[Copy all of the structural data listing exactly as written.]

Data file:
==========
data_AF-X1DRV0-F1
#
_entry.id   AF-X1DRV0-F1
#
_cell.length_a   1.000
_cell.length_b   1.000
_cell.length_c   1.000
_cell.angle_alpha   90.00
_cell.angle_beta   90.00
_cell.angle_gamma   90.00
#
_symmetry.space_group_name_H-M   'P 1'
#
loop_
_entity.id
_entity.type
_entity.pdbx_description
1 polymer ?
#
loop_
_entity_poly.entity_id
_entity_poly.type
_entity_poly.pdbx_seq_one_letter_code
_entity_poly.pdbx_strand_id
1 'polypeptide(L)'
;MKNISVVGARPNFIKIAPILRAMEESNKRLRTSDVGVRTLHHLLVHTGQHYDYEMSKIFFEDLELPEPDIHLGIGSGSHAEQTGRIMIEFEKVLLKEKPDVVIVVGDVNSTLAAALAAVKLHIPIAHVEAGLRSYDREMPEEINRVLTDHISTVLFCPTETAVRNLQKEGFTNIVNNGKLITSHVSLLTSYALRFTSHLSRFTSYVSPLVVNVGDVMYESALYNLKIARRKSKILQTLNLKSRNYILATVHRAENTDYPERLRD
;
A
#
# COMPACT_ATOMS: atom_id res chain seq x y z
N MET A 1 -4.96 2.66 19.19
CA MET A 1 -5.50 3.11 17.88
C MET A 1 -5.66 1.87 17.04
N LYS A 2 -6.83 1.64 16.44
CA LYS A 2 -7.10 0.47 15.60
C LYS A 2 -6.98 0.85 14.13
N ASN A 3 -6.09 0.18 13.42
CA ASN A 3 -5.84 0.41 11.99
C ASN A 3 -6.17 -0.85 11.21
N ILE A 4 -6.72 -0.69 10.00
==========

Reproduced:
data_AF-X1DRV0-F1
#
_entry.id   AF-X1DRV0-F1
#
_cell.length_a   1.000
_cell.length_b   1.000
_cell.length_c   1.000
_cell.angle_alpha   90.00
_cell.angle_beta   90.00
_cell.angle_gamma   90.00
#
_symmetry.space_group_name_H-M   'P 1'
#
loop_
_entity.id
_entity.type
_entity.pdbx_description
1 polymer ?
#
loop_
_entity_poly.entity_id
_entity_poly.type
_entity_poly.pdbx_seq_one_letter_code
_entity_poly.pdbx_strand_id
1 'polypeptide(L)'
;MKNISVVGARPNFIKIAPILRAMEESNKRLRTSDVGVRTLHHLLVHTGQHYDYEMSKIFFEDLELPEPDIHLGIGSGSHAEQTGRIMIEFEKVLLKEKPDVVIVVGDVNSTLAAALAAVKLHIPIAHVEAGLRSYDREMPEEINRVLTDHISTVLFCPTETAVRNLQKEGFTNIVNNGKLITSHVSLLTSYALRFTSHLSRFTSYVSPLVVNVGDVMYESALYNLKIARRKSKILQTLNLKSRNYILATVHRAENTDYPERLRD
;
A
#
# COMPACT_ATOMS: atom_id res chain seq x y z
N MET A 1 -4.96 2.66 19.19
CA MET A 1 -5.50 3.11 17.88
C MET A 1 -5.66 1.87 17.04
N LYS A 2 -6.83 1.64 16.44
CA LYS A 2 -7.10 0.47 15.60
C LYS A 2 -6.98 0.85 14.13
N ASN A 3 -6.09 0.18 13.42
CA ASN A 3 -5.84 0.41 11.99
C ASN A 3 -6.17 -0.85 11.21
N ILE A 4 -6.72 -0.69 10.00